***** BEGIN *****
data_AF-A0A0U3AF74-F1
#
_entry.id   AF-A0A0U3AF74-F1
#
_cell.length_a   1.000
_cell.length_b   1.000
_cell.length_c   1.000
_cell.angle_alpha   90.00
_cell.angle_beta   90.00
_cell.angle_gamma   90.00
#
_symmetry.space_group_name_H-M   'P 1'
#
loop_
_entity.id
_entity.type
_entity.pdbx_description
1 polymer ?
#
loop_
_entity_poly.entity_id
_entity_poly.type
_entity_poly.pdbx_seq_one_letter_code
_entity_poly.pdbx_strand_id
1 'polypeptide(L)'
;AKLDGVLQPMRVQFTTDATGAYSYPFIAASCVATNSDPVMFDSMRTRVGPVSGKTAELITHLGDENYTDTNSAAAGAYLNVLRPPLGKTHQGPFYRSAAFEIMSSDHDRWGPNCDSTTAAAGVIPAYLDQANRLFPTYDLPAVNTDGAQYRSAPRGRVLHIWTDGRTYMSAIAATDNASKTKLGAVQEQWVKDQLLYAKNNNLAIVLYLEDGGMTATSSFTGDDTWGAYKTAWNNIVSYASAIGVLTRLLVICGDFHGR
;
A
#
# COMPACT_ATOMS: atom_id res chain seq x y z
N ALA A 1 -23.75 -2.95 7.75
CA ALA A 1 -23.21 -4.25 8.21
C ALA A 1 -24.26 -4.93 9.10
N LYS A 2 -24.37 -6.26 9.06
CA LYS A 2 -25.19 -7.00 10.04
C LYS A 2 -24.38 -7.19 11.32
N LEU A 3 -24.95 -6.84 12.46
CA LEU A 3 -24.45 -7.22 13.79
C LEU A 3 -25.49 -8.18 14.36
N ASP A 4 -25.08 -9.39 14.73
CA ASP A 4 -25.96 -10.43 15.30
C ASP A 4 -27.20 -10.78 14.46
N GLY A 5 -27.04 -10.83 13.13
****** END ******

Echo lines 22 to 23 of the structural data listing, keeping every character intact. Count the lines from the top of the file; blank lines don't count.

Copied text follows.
_entity_poly.type
_entity_poly.pdbx_seq_one_letter_code